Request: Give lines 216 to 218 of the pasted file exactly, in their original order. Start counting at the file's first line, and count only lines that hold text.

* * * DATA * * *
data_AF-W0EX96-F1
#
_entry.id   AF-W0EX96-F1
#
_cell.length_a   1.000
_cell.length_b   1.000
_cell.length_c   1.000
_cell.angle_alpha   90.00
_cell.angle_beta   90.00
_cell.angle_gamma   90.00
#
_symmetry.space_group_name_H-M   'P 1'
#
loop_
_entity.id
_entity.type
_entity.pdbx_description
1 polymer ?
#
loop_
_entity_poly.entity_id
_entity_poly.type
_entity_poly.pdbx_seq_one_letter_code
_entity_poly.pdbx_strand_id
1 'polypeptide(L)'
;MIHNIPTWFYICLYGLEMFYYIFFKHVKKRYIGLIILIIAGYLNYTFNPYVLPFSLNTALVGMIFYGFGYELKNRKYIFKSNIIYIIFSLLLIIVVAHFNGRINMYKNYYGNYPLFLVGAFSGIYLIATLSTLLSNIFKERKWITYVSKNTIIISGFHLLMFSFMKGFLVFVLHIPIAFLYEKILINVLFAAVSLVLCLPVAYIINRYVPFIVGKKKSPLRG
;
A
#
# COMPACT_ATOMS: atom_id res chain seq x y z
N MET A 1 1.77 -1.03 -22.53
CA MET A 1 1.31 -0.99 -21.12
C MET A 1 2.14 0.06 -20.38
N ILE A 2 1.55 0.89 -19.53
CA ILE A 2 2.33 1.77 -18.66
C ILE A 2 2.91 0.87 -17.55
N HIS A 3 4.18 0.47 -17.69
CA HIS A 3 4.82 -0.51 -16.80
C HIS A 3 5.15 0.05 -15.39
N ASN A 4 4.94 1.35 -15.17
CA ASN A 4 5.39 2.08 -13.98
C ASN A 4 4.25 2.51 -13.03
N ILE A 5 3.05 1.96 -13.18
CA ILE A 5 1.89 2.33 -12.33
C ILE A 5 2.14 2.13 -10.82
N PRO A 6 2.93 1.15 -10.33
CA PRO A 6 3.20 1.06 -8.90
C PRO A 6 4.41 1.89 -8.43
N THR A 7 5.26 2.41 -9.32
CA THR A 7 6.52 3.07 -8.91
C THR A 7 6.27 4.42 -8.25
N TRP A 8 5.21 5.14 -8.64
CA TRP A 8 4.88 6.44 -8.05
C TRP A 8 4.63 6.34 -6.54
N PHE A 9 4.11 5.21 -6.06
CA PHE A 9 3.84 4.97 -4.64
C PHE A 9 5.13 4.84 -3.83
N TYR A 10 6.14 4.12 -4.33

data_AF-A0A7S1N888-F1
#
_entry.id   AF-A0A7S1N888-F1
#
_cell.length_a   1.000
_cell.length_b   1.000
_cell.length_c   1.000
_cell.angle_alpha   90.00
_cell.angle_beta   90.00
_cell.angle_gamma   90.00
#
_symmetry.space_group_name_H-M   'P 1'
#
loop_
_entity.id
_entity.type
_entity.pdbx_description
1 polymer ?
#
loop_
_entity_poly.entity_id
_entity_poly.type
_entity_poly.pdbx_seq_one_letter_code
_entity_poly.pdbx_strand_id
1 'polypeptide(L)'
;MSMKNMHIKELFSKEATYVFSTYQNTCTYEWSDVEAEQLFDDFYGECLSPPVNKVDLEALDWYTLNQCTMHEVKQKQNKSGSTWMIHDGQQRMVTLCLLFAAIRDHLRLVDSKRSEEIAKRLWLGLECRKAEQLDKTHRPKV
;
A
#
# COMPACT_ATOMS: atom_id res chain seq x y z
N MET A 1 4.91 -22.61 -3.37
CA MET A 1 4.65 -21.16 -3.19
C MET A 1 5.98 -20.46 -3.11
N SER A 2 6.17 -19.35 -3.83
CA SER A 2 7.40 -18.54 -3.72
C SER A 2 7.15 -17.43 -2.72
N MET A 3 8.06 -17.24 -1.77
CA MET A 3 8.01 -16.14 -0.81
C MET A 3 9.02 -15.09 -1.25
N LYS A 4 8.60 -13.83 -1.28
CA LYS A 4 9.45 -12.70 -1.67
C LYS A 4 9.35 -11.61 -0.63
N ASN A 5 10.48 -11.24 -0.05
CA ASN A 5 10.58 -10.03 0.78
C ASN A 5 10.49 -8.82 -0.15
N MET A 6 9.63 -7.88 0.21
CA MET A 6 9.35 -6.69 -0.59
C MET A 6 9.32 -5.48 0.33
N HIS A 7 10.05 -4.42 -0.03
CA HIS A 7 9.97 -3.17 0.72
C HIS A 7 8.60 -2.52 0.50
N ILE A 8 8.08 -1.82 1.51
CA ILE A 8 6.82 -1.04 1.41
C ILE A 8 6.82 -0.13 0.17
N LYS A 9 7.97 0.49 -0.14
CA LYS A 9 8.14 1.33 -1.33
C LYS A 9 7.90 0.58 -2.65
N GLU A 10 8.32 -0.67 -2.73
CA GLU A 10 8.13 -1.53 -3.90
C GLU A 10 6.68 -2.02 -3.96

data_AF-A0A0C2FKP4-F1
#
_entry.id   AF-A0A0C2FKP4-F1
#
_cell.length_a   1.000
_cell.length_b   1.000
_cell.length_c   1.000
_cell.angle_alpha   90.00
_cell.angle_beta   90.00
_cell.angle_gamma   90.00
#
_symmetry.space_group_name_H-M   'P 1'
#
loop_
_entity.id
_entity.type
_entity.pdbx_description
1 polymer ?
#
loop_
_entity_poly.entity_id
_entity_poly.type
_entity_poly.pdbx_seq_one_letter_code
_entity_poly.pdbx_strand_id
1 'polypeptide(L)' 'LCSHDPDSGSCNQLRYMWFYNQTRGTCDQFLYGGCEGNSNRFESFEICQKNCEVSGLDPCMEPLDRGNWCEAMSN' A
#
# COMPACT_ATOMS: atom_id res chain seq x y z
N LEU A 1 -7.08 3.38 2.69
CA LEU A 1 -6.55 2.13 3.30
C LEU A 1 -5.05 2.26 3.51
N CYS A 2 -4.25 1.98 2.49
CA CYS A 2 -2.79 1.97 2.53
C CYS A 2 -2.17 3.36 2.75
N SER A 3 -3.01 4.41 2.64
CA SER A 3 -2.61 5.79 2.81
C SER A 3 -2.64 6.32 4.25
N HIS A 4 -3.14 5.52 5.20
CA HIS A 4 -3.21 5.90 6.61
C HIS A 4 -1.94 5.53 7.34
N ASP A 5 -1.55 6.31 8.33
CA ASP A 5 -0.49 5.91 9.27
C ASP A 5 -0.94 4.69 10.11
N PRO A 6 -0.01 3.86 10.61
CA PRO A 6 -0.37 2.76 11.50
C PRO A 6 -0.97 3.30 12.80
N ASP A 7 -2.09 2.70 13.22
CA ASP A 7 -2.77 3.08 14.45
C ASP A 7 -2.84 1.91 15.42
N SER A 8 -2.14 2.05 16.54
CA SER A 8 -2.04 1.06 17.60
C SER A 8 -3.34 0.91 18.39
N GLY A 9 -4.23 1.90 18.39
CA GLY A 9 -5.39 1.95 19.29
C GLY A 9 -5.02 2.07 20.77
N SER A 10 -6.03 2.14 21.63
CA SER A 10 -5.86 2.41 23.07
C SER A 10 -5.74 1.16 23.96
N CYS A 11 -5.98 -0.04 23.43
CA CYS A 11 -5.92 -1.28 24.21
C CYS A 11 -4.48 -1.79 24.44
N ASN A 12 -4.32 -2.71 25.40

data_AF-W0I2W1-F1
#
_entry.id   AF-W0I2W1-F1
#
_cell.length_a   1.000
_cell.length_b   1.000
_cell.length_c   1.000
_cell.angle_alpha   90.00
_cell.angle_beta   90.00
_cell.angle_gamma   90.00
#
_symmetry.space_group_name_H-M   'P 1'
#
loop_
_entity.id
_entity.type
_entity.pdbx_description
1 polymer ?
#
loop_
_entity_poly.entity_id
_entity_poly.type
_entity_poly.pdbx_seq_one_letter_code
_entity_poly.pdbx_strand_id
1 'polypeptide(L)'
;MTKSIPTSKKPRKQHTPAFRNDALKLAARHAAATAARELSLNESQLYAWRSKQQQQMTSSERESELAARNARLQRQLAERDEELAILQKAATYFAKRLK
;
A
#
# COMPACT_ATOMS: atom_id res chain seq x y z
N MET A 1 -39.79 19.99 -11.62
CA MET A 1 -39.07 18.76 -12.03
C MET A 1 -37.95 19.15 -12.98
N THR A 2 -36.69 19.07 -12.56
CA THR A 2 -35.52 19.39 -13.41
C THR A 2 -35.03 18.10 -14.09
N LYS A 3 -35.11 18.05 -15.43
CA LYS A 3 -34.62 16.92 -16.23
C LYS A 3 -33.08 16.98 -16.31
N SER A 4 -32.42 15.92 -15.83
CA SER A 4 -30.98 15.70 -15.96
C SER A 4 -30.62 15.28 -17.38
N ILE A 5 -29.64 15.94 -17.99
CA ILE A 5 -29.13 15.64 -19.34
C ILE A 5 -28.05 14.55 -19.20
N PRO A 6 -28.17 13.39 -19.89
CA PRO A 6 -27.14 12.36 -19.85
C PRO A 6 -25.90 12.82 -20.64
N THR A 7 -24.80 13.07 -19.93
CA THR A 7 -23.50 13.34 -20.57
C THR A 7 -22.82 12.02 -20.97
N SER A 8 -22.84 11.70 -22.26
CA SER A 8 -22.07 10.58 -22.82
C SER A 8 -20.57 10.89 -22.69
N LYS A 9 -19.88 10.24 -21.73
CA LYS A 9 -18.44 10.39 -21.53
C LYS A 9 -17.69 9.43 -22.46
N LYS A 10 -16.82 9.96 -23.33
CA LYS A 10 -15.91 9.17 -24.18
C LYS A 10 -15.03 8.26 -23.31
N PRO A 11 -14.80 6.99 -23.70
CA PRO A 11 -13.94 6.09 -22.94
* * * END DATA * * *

N LYS A 3 -35.11 18.05 -15.43
CA LYS A 3 -34.62 16.92 -16.23
C LYS A 3 -33.08 16.98 -16.31